The milkweed plants growing in 40 cube-shaped chambers on a hilltop at the University of Michigan Biological Station provide a glimpse into the future that allows researchers to ask a question: How will monarch butterflies ...
As dwindling populations of monarch butterflies prepared for their annual migration, two undergraduate students in the William & Mary Plant Ecology Lab spent their summer trying to more deeply understand the plants upon which ...
(Phys.org) —University of Arizona researchers are playing a leading role in an unprecedented effort to save America's most iconic butterfly, the monarch.
Habitat loss on breeding grounds in the United States – not on wintering grounds in Mexico – is the main cause of recent and projected population declines of migratory monarch butterflies in eastern North America, according ...
Everyone knows all about the epic breeding journey taken each year by generations of monarch butterflies between Mexico and Canada, right? Not so fast, say researchers including University of Guelph biologists.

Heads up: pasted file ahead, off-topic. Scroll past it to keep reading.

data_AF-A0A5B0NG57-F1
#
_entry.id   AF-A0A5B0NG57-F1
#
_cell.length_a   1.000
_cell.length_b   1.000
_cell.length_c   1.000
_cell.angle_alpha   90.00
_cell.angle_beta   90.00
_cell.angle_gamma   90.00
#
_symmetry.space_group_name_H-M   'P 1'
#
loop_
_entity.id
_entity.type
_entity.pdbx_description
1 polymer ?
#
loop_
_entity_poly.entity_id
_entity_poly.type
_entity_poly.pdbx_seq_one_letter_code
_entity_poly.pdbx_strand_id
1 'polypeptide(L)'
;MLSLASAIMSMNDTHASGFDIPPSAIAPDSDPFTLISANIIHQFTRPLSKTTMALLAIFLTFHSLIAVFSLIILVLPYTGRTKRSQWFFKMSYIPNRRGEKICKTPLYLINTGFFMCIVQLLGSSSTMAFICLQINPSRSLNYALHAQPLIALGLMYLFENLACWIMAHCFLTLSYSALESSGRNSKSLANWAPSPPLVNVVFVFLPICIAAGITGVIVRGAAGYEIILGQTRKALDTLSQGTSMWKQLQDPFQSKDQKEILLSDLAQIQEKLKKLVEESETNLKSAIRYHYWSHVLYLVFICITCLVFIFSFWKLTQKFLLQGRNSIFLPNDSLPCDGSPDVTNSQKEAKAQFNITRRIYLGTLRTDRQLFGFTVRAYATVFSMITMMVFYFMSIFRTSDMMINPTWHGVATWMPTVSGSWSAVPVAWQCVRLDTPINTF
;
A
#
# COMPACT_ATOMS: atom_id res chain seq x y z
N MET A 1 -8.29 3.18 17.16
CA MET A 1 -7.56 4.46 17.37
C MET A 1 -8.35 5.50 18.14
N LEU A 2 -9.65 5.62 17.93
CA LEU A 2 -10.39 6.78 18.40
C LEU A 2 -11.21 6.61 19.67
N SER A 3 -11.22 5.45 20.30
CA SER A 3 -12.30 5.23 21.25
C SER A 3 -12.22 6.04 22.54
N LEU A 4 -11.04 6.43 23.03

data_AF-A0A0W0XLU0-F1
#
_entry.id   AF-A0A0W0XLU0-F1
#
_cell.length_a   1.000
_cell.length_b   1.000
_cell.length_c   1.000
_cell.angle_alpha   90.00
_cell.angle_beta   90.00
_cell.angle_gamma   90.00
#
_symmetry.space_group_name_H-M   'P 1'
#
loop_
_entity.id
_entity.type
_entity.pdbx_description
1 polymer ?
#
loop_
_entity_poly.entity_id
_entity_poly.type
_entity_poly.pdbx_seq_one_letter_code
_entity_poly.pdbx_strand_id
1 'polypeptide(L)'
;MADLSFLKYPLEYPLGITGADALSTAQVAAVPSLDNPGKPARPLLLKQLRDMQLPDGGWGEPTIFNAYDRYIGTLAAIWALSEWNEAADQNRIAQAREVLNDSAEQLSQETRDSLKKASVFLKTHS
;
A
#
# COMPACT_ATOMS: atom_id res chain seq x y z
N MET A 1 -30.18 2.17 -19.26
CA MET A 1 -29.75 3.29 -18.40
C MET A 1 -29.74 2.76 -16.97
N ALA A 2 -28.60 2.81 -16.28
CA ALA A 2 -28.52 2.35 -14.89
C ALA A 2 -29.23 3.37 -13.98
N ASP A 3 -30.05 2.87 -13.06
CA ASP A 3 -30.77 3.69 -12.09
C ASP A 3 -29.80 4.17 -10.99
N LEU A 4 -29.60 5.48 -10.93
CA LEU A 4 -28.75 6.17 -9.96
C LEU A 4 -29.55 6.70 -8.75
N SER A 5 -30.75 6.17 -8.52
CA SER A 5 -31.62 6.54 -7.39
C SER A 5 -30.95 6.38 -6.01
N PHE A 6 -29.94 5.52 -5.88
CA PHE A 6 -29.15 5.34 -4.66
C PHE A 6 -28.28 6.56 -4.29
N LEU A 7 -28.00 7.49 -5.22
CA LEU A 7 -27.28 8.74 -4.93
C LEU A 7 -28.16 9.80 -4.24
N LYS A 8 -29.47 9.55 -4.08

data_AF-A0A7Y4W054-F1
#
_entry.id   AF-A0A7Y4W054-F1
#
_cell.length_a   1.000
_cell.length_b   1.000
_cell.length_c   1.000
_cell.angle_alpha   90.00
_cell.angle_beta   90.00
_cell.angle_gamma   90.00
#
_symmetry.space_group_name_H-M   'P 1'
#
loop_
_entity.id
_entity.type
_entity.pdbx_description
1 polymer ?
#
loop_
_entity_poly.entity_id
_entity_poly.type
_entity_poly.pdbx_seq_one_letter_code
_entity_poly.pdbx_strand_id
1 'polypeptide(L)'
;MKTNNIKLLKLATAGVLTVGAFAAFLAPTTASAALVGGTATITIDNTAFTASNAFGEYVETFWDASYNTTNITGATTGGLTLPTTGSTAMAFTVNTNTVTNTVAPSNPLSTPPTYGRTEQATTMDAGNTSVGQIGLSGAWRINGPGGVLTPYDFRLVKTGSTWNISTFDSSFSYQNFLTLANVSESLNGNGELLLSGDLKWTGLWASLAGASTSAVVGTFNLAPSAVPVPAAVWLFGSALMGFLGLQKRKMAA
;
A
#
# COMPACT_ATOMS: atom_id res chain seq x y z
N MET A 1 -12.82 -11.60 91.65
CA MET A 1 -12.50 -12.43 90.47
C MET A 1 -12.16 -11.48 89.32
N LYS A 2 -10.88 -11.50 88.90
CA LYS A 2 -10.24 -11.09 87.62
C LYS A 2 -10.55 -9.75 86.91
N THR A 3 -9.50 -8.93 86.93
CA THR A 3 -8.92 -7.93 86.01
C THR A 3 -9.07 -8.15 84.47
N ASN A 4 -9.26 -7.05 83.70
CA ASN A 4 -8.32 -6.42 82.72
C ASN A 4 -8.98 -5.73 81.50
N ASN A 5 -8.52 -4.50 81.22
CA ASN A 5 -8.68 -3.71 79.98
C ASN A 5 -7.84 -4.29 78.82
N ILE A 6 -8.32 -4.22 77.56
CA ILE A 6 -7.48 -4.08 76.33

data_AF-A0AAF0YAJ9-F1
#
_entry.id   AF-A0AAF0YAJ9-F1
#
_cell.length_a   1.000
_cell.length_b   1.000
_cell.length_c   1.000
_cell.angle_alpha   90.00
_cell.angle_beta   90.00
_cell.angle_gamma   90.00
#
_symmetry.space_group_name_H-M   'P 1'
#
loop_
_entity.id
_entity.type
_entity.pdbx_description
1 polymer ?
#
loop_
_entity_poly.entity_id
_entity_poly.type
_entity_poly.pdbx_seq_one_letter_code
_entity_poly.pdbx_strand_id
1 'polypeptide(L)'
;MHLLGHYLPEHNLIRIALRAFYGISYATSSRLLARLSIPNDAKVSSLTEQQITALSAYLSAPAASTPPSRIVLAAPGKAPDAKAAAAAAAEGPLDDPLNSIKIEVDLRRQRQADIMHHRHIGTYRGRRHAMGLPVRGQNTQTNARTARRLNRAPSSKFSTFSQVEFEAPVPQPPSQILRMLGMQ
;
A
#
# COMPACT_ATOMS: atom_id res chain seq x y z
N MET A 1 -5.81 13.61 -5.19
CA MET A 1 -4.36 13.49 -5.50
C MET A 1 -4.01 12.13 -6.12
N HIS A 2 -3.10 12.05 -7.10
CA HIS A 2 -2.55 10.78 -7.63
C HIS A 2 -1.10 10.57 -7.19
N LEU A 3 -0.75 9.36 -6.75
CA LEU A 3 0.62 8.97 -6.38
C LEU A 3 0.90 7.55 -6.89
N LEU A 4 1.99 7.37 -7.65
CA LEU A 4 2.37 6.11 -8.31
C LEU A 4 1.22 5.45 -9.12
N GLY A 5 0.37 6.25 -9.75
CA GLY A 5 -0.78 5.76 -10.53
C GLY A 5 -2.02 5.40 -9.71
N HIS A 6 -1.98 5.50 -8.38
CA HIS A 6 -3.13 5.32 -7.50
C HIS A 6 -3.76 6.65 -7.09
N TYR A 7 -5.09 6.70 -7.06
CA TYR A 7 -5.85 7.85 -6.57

(Phys.org) —Could there soon be a summer without the iconic monarch butterfly?
The number of Monarch butterflies making it to their winter refuge in Mexico dropped 59 percent this year, falling to the lowest level since comparable record-keeping began 20 years ago, scientists reported Wednesday.
Evolution, often perceived as a series of random changes, might in fact be driven by a simple and repeated genetic solution to an environmental pressure that a broad range of specieshappen to share, according to new research.
One of the more difficult aspects of evolution for some people to swallow is the notion that random copying errors in DNA can add up to anything useful.
Ensuring the monarch butterfly's survival by saving its milkweed habitat could result from U.S. Department of Agriculture (USDA) studies initially intended to improve detection of boll weevils with pheromone traps.